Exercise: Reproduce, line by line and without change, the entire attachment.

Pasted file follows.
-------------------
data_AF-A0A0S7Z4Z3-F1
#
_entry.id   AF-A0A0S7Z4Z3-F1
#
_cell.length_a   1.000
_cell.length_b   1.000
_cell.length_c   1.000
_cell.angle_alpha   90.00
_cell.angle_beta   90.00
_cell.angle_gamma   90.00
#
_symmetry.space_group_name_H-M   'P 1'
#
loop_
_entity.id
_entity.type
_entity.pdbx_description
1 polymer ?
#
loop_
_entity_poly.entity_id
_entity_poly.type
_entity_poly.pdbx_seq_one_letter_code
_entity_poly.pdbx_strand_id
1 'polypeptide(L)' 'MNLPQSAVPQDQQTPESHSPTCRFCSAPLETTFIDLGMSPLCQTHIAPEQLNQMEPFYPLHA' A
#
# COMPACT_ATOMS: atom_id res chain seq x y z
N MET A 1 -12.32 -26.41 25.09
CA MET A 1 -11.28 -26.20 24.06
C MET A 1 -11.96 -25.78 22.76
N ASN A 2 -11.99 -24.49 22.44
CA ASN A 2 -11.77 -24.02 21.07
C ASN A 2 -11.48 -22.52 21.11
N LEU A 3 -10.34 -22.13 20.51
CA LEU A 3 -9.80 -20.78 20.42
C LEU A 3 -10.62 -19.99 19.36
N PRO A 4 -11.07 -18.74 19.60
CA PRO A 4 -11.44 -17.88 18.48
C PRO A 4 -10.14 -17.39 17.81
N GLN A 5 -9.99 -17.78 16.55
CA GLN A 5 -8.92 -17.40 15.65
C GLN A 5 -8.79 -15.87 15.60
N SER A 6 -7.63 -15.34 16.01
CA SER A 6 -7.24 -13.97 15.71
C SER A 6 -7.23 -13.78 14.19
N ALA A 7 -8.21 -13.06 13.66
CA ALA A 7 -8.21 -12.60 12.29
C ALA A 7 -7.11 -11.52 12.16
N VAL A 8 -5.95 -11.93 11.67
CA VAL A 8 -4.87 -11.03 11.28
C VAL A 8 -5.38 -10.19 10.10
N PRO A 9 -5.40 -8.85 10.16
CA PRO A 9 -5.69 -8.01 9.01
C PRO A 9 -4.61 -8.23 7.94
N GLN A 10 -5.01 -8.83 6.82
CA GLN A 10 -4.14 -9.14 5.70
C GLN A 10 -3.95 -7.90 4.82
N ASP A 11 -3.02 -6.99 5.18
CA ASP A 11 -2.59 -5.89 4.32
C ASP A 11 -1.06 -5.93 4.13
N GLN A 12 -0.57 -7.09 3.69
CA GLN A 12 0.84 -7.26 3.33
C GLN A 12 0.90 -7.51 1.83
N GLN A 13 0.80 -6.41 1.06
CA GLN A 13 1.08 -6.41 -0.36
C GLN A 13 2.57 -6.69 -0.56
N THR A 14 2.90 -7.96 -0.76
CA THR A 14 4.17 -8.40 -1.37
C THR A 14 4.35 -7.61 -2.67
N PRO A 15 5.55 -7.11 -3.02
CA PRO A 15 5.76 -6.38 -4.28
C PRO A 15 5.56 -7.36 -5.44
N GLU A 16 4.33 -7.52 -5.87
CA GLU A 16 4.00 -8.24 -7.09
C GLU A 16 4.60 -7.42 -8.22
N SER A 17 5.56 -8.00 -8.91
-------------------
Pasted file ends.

data_AF-A0A0S7Z4Z3-F1
#
_entry.id   AF-A0A0S7Z4Z3-F1
#
_cell.length_a   1.000
_cell.length_b   1.000
_cell.length_c   1.000
_cell.angle_alpha   90.00
_cell.angle_beta   90.00
_cell.angle_gamma   90.00
#
_symmetry.space_group_name_H-M   'P 1'
#
loop_
_entity.id
_entity.type
_entity.pdbx_description
1 polymer ?
#
loop_
_entity_poly.entity_id
_entity_poly.type
_entity_poly.pdbx_seq_one_letter_code
_entity_poly.pdbx_strand_id
1 'polypeptide(L)' 'MNLPQSAVPQDQQTPESHSPTCRFCSAPLETTFIDLGMSPLCQTHIAPEQLNQMEPFYPLHA' A
#
# COMPACT_ATOMS: atom_id res chain seq x y z
N MET A 1 -12.32 -26.41 25.09
CA MET A 1 -11.28 -26.20 24.06
C MET A 1 -11.96 -25.78 22.76
N ASN A 2 -11.99 -24.49 22.44
CA ASN A 2 -11.77 -24.02 21.07
C ASN A 2 -11.48 -22.52 21.11
N LEU A 3 -10.34 -22.13 20.51
CA LEU A 3 -9.80 -20.78 20.42
C LEU A 3 -10.62 -19.99 19.36
N PRO A 4 -11.07 -18.74 19.60
CA PRO A 4 -11.44 -17.88 18.48
C PRO A 4 -10.14 -17.39 17.81
N GLN A 5 -9.99 -17.78 16.55
CA GLN A 5 -8.92 -17.40 15.65
C GLN A 5 -8.79 -15.87 15.60
N SER A 6 -7.63 -15.34 16.01
CA SER A 6 -7.24 -13.97 15.71
C SER A 6 -7.23 -13.78 14.19
N ALA A 7 -8.21 -13.06 13.66
CA ALA A 7 -8.21 -12.60 12.29
C ALA A 7 -7.11 -11.52 12.16
N VAL A 8 -5.95 -11.93 11.67
CA VAL A 8 -4.87 -11.03 11.28
C VAL A 8 -5.38 -10.19 10.10
N PRO A 9 -5.40 -8.85 10.16
CA PRO A 9 -5.69 -8.01 9.01
C PRO A 9 -4.61 -8.23 7.94
N GLN A 10 -5.01 -8.83 6.82
CA GLN A 10 -4.14 -9.14 5.70
C GLN A 10 -3.95 -7.90 4.82
N ASP A 11 -3.02 -6.99 5.18
CA ASP A 11 -2.59 -5.89 4.32
C ASP A 11 -1.06 -5.93 4.13
N GLN A 12 -0.57 -7.09 3.69
CA GLN A 12 0.84 -7.26 3.33
C GLN A 12 0.90 -7.51 1.83
N GLN A 13 0.80 -6.41 1.06
CA GLN A 13 1.08 -6.41 -0.36
C GLN A 13 2.57 -6.69 -0.56
N THR A 14 2.90 -7.96 -0.76
CA THR A 14 4.17 -8.40 -1.37
C THR A 14 4.35 -7.61 -2.67
N PRO A 15 5.55 -7.11 -3.02
CA PRO A 15 5.76 -6.38 -4.28
C PRO A 15 5.56 -7.36 -5.44
N GLU A 16 4.33 -7.52 -5.87
CA GLU A 16 4.00 -8.24 -7.09
C GLU A 16 4.60 -7.42 -8.22
N SER A 17 5.56 -8.00 -8.91